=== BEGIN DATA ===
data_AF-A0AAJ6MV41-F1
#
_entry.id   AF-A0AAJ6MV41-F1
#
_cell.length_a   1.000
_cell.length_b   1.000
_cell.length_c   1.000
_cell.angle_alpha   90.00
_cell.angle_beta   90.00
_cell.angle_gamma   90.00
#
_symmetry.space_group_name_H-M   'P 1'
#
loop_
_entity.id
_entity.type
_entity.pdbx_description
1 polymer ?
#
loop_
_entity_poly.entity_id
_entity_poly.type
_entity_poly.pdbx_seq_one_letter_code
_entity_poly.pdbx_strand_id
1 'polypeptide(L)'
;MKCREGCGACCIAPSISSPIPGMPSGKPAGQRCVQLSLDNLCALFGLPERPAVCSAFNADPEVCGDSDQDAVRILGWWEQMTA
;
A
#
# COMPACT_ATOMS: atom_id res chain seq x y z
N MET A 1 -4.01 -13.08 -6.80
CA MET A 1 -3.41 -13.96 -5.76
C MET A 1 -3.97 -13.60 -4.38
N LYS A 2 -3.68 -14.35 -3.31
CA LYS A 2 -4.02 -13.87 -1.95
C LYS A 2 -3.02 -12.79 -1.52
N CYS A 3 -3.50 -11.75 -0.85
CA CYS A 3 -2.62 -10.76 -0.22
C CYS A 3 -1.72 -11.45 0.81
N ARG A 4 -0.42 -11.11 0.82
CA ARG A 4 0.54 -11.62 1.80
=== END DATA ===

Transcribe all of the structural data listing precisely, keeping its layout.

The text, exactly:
data_AF-A0AAJ6MV41-F1
#
_entry.id   AF-A0AAJ6MV41-F1
#
_cell.length_a   1.000
_cell.length_b   1.000
_cell.length_c   1.000
_cell.angle_alpha   90.00
_cell.angle_beta   90.00
_cell.angle_gamma   90.00
#
_symmetry.space_group_name_H-M   'P 1'
#
loop_
_entity.id
_entity.type
_entity.pdbx_description
1 polymer ?
#
loop_
_entity_poly.entity_id
_entity_poly.type
_entity_poly.pdbx_seq_one_letter_code
_entity_poly.pdbx_strand_id
1 'polypeptide(L)'
;MKCREGCGACCIAPSISSPIPGMPSGKPAGQRCVQLSLDNLCALFGLPERPAVCSAFNADPEVCGDSDQDAVRILGWWEQMTA
;
A
#
# COMPACT_ATOMS: atom_id res chain seq x y z
N MET A 1 -4.01 -13.08 -6.80
CA MET A 1 -3.41 -13.96 -5.76
C MET A 1 -3.97 -13.60 -4.38
N LYS A 2 -3.68 -14.35 -3.31
CA LYS A 2 -4.02 -13.87 -1.95
C LYS A 2 -3.02 -12.79 -1.52
N CYS A 3 -3.50 -11.75 -0.85
CA CYS A 3 -2.62 -10.76 -0.22
C CYS A 3 -1.72 -11.45 0.81
N ARG A 4 -0.42 -11.11 0.82
CA ARG A 4 0.54 -11.62 1.80